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Effects of upward and downward social comparison information on the efficacy of an appearance-based sun protection intervention: a randomized, controlled experiment.

Mahler HI, Kulik JA, Gerrard M, Gibbons FX - J Behav Med (2010)

Bottom Line: Of more interest, while the basic intervention increased sun protective behavior during the subsequent 5 weeks relative to controls (d = .44), the addition of downward comparison information completely negated this benefit.Upward comparison information produced sun protection levels that were only slightly (and nonsignificantly) greater than in the basic intervention condition and, as such, does not appear to be a cost-effective addition.Possible mechanisms that may have reduced the benefits of upward comparison information and contributed to the undermining effects of downward comparison information are discussed.

View Article: PubMed Central - PubMed

Affiliation: Department of Psychology 0109, University of California, San Diego, La Jolla, CA 92093, USA. hmahler@ucsd.edu

ABSTRACT
This experiment examined the impact of adding upward and/or downward social comparison information on the efficacy of an appearance-based sun protection intervention (UV photos and photoaging information). Southern California college students (N = 126) were randomly assigned to one of four conditions: control, intervention, intervention plus upward social comparison, intervention plus downward social comparison. The results demonstrated that all those who received the basic UV photo/photoaging intervention reported greater perceived susceptibility to photoaging (d = .74), less favorable tanning cognitions (d = .44), and greater intentions to sun protect (d = 1.32) relative to controls. Of more interest, while the basic intervention increased sun protective behavior during the subsequent 5 weeks relative to controls (d = .44), the addition of downward comparison information completely negated this benefit. Upward comparison information produced sun protection levels that were only slightly (and nonsignificantly) greater than in the basic intervention condition and, as such, does not appear to be a cost-effective addition. Possible mechanisms that may have reduced the benefits of upward comparison information and contributed to the undermining effects of downward comparison information are discussed.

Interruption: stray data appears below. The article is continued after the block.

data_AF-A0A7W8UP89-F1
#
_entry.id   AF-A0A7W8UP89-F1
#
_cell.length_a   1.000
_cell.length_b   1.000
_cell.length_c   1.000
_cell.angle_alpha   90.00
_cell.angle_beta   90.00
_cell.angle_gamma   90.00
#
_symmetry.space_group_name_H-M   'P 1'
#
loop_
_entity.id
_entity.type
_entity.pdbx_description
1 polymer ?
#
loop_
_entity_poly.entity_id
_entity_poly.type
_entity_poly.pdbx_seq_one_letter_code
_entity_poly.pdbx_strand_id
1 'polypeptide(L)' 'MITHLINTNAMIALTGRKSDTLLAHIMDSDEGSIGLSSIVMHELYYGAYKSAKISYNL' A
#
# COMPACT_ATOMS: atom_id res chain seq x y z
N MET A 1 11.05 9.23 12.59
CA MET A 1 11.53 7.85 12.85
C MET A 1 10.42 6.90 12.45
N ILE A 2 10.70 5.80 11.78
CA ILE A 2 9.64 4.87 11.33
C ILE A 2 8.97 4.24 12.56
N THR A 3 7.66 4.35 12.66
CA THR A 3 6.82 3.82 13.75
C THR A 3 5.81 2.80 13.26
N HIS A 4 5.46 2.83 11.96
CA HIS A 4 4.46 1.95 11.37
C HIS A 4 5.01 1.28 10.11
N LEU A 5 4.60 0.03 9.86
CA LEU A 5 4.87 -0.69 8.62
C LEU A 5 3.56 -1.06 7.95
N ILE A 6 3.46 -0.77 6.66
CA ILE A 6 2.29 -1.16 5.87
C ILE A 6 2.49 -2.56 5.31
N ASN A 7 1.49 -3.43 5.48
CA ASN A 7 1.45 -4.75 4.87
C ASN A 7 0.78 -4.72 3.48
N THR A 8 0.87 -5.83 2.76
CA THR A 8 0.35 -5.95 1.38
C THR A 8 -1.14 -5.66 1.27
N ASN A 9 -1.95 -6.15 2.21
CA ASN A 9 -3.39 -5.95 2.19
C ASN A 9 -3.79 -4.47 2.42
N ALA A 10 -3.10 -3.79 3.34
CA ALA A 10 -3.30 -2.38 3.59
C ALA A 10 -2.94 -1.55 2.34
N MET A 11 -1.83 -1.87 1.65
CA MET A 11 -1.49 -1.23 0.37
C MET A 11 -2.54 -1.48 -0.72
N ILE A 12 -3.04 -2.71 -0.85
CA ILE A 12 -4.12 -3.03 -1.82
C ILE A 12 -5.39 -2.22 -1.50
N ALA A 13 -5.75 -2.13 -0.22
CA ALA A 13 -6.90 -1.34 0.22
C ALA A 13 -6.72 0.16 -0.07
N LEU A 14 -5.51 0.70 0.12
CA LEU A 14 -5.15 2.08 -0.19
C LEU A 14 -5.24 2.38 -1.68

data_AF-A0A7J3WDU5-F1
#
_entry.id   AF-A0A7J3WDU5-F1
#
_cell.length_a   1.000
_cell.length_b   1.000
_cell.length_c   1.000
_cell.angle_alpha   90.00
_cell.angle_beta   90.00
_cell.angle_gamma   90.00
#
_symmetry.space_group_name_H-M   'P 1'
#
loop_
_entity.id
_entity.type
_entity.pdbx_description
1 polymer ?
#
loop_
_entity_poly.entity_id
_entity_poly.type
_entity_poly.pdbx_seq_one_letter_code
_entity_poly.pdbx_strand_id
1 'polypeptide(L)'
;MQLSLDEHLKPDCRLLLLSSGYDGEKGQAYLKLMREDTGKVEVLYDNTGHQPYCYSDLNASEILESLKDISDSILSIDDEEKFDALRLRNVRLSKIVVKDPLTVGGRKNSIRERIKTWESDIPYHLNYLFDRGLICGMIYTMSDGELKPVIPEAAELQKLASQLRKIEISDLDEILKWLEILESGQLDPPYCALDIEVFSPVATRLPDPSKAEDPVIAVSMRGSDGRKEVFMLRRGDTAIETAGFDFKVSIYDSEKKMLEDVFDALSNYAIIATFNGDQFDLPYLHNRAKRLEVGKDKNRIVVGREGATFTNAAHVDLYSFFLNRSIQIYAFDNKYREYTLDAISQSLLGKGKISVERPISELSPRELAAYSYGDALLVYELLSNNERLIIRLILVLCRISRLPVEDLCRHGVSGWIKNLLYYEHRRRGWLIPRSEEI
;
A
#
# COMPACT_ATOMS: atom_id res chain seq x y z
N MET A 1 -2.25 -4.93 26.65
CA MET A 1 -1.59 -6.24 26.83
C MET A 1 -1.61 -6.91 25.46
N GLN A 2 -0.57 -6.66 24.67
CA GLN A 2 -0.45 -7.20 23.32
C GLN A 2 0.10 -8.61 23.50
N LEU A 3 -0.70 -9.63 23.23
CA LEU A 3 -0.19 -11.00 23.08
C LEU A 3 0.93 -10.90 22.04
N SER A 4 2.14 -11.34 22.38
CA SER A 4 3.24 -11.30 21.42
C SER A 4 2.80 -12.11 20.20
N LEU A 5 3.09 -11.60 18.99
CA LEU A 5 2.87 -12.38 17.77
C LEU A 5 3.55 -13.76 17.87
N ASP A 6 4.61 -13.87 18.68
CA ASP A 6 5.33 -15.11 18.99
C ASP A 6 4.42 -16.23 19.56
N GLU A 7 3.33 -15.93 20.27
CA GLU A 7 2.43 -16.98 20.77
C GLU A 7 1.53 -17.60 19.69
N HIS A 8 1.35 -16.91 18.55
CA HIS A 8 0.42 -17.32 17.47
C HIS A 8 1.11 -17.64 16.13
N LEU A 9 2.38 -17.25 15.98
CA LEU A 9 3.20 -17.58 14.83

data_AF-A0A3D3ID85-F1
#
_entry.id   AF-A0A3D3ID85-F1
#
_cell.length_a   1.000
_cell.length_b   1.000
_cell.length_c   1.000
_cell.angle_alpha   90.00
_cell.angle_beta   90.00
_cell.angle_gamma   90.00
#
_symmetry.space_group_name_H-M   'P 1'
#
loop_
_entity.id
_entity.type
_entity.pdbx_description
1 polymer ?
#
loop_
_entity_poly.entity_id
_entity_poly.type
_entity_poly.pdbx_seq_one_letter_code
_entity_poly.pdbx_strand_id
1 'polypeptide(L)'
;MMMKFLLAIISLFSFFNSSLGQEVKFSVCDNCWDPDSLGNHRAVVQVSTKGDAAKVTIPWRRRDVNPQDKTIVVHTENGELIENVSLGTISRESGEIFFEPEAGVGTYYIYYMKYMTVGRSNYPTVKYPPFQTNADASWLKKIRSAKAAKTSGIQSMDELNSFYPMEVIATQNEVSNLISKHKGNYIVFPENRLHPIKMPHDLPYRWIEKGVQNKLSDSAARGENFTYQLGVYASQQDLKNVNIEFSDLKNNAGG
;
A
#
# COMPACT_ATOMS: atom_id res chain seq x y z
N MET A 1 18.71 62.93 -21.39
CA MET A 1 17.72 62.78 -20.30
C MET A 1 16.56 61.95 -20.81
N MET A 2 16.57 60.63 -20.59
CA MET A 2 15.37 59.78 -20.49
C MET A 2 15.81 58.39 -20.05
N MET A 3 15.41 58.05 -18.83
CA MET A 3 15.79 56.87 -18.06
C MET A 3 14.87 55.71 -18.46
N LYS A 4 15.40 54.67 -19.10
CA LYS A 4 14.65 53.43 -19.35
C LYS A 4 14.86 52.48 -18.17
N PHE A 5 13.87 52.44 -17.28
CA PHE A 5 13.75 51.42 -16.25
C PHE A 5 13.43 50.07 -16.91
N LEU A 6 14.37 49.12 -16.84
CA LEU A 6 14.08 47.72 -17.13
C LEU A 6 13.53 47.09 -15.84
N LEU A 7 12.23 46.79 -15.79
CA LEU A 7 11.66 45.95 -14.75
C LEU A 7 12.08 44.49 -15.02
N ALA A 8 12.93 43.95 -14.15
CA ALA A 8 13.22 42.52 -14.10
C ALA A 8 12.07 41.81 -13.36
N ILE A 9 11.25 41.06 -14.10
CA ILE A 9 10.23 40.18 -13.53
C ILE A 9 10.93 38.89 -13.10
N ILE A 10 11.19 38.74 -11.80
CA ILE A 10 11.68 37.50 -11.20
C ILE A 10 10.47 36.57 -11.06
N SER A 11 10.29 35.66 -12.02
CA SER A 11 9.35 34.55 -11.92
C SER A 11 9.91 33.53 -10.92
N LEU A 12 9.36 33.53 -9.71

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Related in: MedlinePlus

CONSORT Flow Diagram
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Related In: Results  -  Collection


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Fig1: CONSORT Flow Diagram

Mentions: Approximately 5 weeks later (M = 36.11, SD = 4.58 days), experimenters who were blind to condition contacted 99% of the original participants by telephone (only one participant was not reached) to assess sun exposure and protection behaviors since the intervention (described below). Participants provided oral informed consent at the time of telephone contact. After completing the telephone follow-up, participants were fully debriefed. All study procedures were reviewed and approved by one of the university’s institutional review boards (Fig. 1). Fig. 1